Fishing's Best Short Stories - reviewed by Terry Lawton
When I first saw this book, I flicked through the contents and recognised one or two or the stories and some of the authors – PJ O’Rourke, Stephen King and E Annie Proulx are some of the “non-fishing” authors.
I then made a mistake. I read Proulx’s story The Wer-Trout. She is perhaps best-known for her book The Shipping News, which I have read and seen the film. She is not one of my favourite writers who I find difficult to appreciate and this story did nothing to change my opinion of her. Next I read PJ O’Rourke’s story Fly-Fishing. I have read and enjoyed many of his books but this is not one of his better efforts. Things did not look good.
I then started to read the book at the beginning and it was a revelation Fishing’s Best Short Stories gets off to a good start with a nice story Opening Day by Jack Gilchrist, about an angler’s obsessive pursuit of a monster trout that has eluded him for three seasons. Next up is the first of two good stories by Philip Wylie, Light Tackle and Spare The Rod. These take the reader from trout streams to Florida and the operators of a charter boat, Crunch and Des. Robert Traver’s story The Intruder has an unexpected ending which cannot be revealed as it would spoil the story. Cowboys was written by Geoffrey Norman back in 1988 but it resonates with what has been going on in the financial world over the last year or so. One of the main characters, Johnson, “was big in arbitrage” and his ending reminded me of what happened to Bernie Madoff more recently. The River God is a great story about an old man – considered a bore by many of his peers – and a young boy at the threshold of his fishing career.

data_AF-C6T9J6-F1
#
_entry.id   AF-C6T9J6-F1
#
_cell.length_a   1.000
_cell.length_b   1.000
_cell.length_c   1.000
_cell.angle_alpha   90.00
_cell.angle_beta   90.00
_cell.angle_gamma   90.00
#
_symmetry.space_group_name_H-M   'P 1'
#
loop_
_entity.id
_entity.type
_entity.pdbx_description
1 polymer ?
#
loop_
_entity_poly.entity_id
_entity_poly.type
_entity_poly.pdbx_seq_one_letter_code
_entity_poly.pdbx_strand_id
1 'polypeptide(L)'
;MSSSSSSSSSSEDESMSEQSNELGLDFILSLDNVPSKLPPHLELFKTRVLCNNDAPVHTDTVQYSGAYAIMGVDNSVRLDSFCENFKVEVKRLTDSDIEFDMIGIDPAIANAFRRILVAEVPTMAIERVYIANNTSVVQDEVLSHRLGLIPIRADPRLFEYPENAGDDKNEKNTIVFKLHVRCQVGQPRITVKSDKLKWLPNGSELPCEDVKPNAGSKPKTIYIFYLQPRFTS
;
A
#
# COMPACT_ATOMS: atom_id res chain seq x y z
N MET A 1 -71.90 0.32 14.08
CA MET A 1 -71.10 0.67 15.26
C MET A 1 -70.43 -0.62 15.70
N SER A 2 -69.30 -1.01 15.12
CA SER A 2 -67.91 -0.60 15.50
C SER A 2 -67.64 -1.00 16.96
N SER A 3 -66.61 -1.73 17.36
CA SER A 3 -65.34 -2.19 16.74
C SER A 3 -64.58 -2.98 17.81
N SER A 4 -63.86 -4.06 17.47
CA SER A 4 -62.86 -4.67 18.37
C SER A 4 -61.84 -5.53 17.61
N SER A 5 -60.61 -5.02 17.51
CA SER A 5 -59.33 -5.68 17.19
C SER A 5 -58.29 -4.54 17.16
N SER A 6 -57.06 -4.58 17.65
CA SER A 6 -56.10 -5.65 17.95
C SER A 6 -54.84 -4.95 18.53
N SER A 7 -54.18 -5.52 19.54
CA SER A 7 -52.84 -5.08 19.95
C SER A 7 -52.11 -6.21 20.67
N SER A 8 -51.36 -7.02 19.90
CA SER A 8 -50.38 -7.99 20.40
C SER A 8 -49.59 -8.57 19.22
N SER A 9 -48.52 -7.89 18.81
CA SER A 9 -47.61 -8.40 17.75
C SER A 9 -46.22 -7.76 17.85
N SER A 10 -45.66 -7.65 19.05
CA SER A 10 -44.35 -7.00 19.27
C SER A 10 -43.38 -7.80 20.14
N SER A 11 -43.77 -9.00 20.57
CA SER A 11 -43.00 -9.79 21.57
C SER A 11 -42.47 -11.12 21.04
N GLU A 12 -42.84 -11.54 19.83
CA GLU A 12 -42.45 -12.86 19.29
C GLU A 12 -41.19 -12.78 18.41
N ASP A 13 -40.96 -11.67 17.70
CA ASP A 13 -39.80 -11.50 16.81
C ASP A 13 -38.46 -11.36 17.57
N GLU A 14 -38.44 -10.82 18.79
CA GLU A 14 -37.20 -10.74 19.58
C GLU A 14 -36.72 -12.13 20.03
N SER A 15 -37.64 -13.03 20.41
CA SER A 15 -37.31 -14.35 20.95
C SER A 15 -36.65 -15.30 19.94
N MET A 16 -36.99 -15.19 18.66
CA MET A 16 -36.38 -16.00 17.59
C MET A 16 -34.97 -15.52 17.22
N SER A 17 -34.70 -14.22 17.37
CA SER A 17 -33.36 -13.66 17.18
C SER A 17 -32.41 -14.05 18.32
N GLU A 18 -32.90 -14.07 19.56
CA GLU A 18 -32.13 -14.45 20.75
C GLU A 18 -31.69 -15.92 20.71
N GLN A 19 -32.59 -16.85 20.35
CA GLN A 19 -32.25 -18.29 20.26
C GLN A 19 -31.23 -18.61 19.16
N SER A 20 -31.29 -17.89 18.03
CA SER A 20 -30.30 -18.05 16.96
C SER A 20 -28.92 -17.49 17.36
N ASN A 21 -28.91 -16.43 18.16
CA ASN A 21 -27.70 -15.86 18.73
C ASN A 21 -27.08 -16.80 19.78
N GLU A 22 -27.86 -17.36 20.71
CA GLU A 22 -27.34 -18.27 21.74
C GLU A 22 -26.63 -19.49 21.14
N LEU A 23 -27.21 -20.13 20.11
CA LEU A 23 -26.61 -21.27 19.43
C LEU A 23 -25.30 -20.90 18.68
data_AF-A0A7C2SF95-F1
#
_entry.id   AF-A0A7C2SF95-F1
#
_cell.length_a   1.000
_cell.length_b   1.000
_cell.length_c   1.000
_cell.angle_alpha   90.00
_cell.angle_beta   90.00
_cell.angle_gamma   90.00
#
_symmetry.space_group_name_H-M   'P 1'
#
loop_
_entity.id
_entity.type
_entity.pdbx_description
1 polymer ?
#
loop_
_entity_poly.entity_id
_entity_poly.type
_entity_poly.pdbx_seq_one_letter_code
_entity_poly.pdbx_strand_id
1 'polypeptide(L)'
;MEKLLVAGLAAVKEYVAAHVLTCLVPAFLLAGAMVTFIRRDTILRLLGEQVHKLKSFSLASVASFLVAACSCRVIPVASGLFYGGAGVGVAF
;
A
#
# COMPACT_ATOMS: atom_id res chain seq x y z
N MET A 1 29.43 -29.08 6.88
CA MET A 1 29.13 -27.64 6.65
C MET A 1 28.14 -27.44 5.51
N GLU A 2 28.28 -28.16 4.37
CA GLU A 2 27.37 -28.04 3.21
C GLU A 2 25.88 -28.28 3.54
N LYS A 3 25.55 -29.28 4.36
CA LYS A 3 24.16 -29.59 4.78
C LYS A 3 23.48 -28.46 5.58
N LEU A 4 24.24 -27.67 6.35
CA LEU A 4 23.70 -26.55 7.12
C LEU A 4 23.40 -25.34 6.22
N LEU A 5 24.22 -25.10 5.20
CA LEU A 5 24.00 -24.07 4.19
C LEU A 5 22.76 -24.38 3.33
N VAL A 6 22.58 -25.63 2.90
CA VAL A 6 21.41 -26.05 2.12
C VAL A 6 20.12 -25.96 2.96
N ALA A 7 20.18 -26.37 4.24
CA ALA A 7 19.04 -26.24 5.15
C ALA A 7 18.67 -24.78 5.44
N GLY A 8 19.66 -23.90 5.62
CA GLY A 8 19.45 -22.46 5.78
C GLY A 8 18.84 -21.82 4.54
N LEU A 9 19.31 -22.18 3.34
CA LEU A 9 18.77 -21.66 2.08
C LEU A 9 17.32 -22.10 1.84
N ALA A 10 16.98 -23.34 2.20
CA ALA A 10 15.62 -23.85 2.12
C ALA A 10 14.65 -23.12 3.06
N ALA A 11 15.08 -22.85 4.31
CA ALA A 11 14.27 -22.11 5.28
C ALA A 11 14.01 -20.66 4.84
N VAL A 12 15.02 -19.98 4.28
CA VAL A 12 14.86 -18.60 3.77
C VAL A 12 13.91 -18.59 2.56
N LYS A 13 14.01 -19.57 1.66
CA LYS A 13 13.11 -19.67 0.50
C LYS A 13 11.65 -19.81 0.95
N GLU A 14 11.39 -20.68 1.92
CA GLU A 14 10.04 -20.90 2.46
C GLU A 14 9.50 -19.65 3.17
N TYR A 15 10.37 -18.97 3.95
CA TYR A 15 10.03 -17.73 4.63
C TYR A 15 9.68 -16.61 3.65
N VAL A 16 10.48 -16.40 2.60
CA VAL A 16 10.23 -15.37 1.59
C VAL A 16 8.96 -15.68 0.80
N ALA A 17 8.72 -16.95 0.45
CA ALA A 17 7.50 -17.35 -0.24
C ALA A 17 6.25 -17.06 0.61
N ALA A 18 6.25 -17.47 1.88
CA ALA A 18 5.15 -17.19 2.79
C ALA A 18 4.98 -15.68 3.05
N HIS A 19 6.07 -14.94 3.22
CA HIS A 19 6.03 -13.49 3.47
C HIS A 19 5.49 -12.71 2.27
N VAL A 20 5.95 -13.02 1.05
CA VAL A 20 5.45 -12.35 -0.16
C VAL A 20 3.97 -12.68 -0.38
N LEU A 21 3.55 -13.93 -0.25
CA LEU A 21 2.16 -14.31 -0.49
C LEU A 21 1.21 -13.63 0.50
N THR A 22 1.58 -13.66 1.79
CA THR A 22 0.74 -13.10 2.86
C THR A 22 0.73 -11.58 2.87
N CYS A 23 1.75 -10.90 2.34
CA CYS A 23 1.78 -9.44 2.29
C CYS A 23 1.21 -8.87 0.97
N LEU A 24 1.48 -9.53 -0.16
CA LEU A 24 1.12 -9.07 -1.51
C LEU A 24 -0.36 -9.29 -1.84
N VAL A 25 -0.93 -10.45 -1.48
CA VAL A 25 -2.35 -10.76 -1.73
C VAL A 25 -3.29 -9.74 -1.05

The final story, Murder, by Sparse Grey Hackle, has a lesson for anyone who has ever battled with a monster and wondered if they were going to win the fight. He writes about a big trout caught by a fishing friend “it was not aware of our presence or even the fact that it was hooked, and the restraint on it had not been enough to arouse its full resistance.
“Every experienced angler will understand that last statement. The pull of a game fish, up to the full limit of its strength, seems to be in proportion to the resistance which it encounters.”
The angler won the battle but the final outcome was not what he wanted.
Fishing’s Best Short Stories was edited and compiled by Paul D Staudohar and he has written a short introduction to each of the 19 stories and included details of other books and stories from each writer. This is useful for anyone who wants to read more by authors they have enjoyed. Staudohar has produced a very good selection of stories covering a wide range of fishing experiences. The book stands-up very well in a fairly competitive field of books of fishing stories and is a very good read.
Fishing’s Best Short Stories, edited Paul D Staudohar, is published by Souvenir Press in paperback. 278 page. RRP £14.99.
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